Our pastor and his sons stopped by, on a hot, summer afternoon, to return the kayaks they had borrowed. As they were getting ready to leave, I said, “Hey, could you give me a lift down to the mechanic?” Our car had been in the shop and was ready for pick-up.
“No problem,” he said.
We chatted about life, as he drove down the road, and the chatting caused him to miss the turn into the mechanic’s shop.
“You can just let me out here,” I said.
“No way,” he said, as he started to turn around.
“Joey. It’s only a few yards to the mechanic. I can walk.”
But he ignored me. “My mom would not have it,” he said. “I can hear her voice right now, telling me that I had better drive you right to the door.”
Well, you can’t argue with a guy’s mom, even if she’s in heaven.
That was a sobering moment for me. The lesson Joey’s mom had taught him when he was growing up, about how to treat girls, was still alive in his mind. He could vividly hear her voice.
Made me wonder how my voice will keep ringing in my own kids’ ears, long after I’m gone. For sure, my son will never take off a pair of socks without hearing me say, “Don’t even think about putting those nasty things wrong-side-out in the laundry. No woman in the world wants to reach her hand into a dirty sock, to turn it right-side-out!”
Can Harping Be Beneficial?
The expression “to harp on someone” is a musical expression. It originally meant to harp or to pluck on the same string over and over again.
Is it wrong for us moms to harp on our kids?
I would like to answer that question with Paul’s words to the followers of Christ:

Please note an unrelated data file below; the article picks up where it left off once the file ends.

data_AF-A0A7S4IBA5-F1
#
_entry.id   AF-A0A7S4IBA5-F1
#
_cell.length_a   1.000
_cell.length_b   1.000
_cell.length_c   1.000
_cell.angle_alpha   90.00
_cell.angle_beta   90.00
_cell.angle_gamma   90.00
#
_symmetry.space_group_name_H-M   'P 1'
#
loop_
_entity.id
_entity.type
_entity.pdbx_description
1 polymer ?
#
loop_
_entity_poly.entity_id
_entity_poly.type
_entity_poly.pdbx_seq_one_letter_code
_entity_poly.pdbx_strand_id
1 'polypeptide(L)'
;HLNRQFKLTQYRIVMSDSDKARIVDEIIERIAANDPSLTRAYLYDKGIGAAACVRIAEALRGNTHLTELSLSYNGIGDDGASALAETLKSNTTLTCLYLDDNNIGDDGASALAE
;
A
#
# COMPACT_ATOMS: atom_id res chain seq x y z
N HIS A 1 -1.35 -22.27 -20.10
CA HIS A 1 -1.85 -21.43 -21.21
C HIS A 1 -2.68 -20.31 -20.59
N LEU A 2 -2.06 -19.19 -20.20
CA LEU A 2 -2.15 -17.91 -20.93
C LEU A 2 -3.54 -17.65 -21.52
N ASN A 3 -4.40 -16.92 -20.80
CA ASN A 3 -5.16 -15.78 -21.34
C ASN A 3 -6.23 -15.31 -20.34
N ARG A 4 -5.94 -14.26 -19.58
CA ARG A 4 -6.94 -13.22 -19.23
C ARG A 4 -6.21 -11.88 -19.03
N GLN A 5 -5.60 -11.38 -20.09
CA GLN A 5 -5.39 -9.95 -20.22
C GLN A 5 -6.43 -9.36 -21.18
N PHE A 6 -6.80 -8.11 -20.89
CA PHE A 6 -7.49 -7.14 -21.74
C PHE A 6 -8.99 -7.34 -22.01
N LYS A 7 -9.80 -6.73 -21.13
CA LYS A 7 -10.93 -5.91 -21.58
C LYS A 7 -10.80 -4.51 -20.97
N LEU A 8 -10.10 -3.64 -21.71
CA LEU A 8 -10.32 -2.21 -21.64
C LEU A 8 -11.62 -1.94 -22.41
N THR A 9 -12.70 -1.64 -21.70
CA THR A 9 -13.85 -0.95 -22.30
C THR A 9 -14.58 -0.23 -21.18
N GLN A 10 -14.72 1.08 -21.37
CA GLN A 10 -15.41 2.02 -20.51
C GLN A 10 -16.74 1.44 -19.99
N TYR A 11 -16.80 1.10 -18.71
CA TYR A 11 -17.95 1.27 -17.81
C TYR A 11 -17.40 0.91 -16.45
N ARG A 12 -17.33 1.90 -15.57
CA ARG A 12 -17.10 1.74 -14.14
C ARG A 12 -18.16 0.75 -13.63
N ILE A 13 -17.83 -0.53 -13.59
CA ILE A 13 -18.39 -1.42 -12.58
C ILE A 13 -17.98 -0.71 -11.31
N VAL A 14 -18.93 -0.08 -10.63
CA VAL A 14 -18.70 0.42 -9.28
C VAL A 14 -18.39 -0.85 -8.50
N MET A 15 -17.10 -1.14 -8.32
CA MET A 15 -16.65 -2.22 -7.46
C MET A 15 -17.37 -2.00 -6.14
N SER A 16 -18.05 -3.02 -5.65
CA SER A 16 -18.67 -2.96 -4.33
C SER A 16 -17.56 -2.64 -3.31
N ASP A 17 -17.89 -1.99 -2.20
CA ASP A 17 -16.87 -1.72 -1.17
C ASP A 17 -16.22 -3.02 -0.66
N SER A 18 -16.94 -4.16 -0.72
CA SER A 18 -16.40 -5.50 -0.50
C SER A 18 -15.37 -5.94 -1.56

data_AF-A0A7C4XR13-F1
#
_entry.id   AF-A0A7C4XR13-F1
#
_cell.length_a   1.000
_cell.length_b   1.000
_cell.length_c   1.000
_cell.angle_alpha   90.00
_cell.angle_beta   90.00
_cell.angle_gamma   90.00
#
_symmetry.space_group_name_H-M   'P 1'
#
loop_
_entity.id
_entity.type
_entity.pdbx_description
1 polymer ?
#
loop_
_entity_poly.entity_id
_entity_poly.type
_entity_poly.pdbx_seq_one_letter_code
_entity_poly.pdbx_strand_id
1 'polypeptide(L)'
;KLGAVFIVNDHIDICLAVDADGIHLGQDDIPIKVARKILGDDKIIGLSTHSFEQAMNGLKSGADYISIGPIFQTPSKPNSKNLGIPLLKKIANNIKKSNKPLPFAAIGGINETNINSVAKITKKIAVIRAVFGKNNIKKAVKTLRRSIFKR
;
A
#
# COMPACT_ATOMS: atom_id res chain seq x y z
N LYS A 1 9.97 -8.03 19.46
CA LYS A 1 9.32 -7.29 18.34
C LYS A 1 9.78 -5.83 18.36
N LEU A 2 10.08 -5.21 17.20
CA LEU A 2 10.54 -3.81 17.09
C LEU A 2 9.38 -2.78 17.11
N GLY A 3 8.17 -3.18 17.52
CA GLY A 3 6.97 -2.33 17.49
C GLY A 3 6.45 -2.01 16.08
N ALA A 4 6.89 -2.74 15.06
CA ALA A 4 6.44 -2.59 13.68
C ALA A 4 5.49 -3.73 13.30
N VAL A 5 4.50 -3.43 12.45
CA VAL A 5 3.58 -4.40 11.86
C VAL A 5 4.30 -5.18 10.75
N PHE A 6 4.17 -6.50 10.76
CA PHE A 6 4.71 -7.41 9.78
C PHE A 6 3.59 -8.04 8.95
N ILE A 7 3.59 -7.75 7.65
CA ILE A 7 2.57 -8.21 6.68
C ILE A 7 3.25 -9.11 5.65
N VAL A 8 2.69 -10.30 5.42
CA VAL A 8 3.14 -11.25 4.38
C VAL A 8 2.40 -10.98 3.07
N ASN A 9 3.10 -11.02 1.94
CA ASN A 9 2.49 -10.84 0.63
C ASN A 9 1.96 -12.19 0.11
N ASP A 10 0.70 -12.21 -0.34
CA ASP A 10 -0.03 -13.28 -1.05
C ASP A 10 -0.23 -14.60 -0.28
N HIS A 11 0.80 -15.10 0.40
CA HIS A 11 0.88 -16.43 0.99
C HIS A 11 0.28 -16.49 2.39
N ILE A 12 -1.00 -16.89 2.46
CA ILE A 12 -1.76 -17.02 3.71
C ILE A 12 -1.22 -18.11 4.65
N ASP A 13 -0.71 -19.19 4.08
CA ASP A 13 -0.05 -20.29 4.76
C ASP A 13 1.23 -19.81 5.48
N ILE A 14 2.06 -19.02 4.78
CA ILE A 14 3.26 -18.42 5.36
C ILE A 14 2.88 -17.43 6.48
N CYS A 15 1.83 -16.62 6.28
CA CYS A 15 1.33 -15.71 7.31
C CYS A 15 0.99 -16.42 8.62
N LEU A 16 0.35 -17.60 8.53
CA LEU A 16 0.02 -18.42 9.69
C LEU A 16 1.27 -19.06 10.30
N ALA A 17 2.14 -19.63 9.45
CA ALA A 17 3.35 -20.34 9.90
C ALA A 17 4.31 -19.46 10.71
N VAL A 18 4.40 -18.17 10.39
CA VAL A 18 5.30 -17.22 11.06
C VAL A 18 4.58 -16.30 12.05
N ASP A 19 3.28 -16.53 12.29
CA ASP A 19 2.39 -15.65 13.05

Let no corrupting talk come out of your mouths, but only such as is good for building up, as fits the occasion, that it may give grace to those who hear. (Ephesians 4:29 ESV)
Harping on our kids can be a destructive, complaining, corrupting kind of talk that comes out of our mouths.
It can wear our kids down, the way my mom’s leaky outdoor faucet eventually started eating away at the concrete foundation below it.
Or, harping on the same string can be done gracefully and for our kids’ good. It can build them up.
For example, in one of my finer moments, I said to my son, “Someday you will be married, and your wife will love it if you’re thoughtful enough to turn your own socks right-side-out.”
Words can build good men.
Building Up or Wearing Down?
I also think of all the times I said to my kids, “What do you say?” In doing so, I prompted them to say thank you whenever they received from others, which was a beneficial, constant plucking on the harp.
Push in your chair. Push in your chair. Push in your chair.
Clear your place. Clear your place. Clear your place.
Wait your turn. Wait your turn. Wait your turn.
Playing the harp is elegant –the music peaceful and calming. This is the kind of sound we can make, to ring for years to come in the ears of our children.
This week, I encourage you to listen to yourself. Are the words you repeat to your children building them up or wearing them out?
Take the time to jot down a few things you would like to purposefully harp on –words that you know will help shape your child into a beautiful person.
With love from Montana,
Christy Fitzwater is a writer and pastor’s wife living in Kalispell, Montana. She has a daughter who is married and a son in college. Christy writes to help people know God, and you can find her new book about becoming blameless on Amazon. Or follow her devotional blog at ChristyFitzwater. You can follow Christy on Instagram here!